In the early 20th century was built and preserved for the future generations the unique Varna Alley of the Bulgarian National Revival. The Bulgarian Revival Committee, established in 1908, had as its prime target the erection of 22 monuments in the Sea Garden in Varna; of them – 20 dedicated to prominent figures from the periods of the National Revival and the Liberation from Ottoman domination, and the other two – to Science and Liberty.
- The first monument on the Alley of the Revival – a bust of the great poet and revolutionary Christo Botev (on July 27, 1911 – the date of Liberation of Varna from Ottoman domination)
- The second monument – a bust of Vassil Levski, the so-called Apostle of Bulgarian Freedom (1912)
- Because of the Wars (Balkan and First World) was hindered the further shaping of the Alley for a prolonged period of time (1920) – when a bust of Ivan Vazov (the first monument to Ivan Vazov in Bulgaria), revered as the Father of Modern Bulgarian Literature.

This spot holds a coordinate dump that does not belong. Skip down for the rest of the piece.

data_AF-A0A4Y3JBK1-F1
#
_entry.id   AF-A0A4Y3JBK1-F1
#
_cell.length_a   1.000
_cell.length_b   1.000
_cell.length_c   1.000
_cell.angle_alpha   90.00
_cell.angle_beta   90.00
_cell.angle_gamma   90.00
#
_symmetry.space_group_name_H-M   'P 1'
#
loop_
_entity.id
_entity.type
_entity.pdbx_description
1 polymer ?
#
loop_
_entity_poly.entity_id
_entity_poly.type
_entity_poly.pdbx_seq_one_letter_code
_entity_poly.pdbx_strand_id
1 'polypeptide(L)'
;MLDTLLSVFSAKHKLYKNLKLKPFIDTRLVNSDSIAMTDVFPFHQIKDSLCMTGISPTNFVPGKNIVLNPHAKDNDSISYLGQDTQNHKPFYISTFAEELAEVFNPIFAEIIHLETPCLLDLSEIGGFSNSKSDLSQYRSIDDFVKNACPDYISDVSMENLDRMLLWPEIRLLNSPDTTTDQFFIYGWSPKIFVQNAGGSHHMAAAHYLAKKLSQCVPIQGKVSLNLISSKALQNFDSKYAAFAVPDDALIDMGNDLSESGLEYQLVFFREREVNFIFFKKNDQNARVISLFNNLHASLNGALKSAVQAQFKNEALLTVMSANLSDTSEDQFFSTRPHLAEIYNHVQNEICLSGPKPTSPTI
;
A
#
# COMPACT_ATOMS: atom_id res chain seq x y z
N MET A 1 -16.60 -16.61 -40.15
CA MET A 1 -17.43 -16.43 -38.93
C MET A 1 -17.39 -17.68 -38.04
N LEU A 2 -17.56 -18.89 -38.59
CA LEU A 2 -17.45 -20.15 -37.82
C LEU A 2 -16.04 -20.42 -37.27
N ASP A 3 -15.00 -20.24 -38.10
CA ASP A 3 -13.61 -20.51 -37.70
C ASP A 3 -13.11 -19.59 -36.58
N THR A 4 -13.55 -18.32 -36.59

There followed, in a row, the busts of:
- Paisii Hilendarski, the author of the first written Bulgarian History (1926)
- Metropolitan Bishop Simeon, the first head of Varna clergy after the Liberation of 1878 (1930)
- Vassil Aprilov, a great Revival Period enlightener (1936)
- Hadji Dimiter, a legendary insurgent detachment leader from 19th century (1939)
- After 34 years of delay because of the second world war in 1973 was put up the bust of George Benkovski, the heroic leader of the April Rising of 1876.
- Dr. Peter Beron, a great Revival Period enlightener and the author of the so-called Fish Primer – the first modern Bulgarian textbook and Lyuben Karavelov, a great revolutionary, writer and journalist (1973)
- The bust of Gotse Delchev, a great revolutionary and freedom-fighter (1997)
- The bust of Zachary Stoyanov, a revolutionary and chronicler of the April Rising of 1876 (1998)
- and the latest – the bust of Peyo Yavorov, a great poet and revolutionary (2001)